CryptoWall 3.0 Strikes To Close for Comfort

Instead of testing Windows Server 2016 TPv4 a bit more during “slow” hours we got distracted from that a bit CryptoWall 3.0 strikes to close for Comfort. Last week we, my team and I, had to distinct displeasure of having to tackle a “ransomware” infection inside a business network. Talk about petting a burning dog.

We were lucky on a few fronts. The anti malware tools got the infection in the act and shut it down. We went from zero and 100 miles per hour and had the infected or suspect client systems ripped of the network and confiscated.  We issue a brand new imaged PC in such incidents. No risks are taken there.

Then there was a pause … anything to be seen on the anti malware tools? Any issues being reported?  Tick tock … tick tock … while we were looking at the logs to see what we were dealing with. Wait Out …

Contact! The first reports came in about issues with opening files on the shares and soon the service desk found the dreaded images on subfolders on those shares.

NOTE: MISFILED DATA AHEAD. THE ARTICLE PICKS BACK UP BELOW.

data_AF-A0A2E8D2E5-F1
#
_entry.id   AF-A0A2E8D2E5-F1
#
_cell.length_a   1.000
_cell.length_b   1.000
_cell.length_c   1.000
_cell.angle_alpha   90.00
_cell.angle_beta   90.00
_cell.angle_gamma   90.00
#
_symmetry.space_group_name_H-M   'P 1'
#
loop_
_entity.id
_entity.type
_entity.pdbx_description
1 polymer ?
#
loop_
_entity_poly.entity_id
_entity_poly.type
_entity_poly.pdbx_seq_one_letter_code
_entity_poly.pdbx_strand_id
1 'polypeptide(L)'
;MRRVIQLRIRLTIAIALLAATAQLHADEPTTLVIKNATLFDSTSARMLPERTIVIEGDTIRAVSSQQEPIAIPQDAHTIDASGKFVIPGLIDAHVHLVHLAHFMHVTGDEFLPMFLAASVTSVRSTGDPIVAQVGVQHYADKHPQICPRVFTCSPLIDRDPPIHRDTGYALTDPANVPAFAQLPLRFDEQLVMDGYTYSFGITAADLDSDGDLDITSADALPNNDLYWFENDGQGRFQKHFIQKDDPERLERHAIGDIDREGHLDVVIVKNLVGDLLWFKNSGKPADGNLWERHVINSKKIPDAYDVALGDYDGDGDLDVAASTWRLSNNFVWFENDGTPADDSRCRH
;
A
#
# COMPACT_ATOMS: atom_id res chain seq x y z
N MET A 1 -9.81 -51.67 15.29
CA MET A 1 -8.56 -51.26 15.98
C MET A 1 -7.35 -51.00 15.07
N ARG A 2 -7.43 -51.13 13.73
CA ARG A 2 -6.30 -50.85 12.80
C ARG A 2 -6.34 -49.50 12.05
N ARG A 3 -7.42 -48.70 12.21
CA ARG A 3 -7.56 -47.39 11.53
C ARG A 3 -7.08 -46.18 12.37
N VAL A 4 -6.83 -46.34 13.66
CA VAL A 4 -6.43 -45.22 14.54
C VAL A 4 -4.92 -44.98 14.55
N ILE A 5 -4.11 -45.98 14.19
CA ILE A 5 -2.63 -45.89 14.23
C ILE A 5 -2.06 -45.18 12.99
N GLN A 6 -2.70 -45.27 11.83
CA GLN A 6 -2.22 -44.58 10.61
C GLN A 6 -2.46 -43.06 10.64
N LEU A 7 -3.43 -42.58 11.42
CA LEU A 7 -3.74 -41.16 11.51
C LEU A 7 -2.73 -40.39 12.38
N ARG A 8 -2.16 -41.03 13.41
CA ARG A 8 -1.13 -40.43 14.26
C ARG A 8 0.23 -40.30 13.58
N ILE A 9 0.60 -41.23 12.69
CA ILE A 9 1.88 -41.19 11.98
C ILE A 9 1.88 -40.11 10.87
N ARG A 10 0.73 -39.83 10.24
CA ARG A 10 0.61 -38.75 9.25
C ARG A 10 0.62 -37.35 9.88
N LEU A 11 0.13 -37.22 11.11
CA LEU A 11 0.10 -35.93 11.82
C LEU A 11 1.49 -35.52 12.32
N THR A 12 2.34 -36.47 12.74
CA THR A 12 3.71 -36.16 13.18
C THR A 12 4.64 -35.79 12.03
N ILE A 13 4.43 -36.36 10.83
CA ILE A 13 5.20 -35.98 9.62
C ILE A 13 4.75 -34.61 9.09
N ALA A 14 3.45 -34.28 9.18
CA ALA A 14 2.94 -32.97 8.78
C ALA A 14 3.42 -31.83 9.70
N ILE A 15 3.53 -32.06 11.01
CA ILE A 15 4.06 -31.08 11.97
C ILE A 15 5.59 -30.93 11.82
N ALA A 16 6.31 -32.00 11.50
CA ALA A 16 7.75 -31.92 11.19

Pucker time as we moved to prevent further damage and started an scan & search for more encrypted files and evidence of damage. I’m not going to go into detail about what, why, when and how. As in all fights you have to fight as you are. No good wishing for better defenses, tools, skills or training. At that moment you do what you think you need to do to contain the situation, clean up, restore data and hope for the best.

What can I say? We got lucky. We did our best. I’d rather not have to do that again. We have multiple types of backup & restore capabilities and that was good. But you do not want to call all data lost beyond a point and start restoring dozen of terabytes of corporate data to a last know good without any insight on the blast radius and fall out of that incident.

The good thing was our boss was on board to do what needed and could be done and let us work. We tried to protect our data while we started the cleanup and restores where needed. It could have been a lot uglier, costlier and potentially deadly. This time our data protection measures saved the day. And at least 2 copies of those were save from infection. Early detection and response was key. The rest was luck.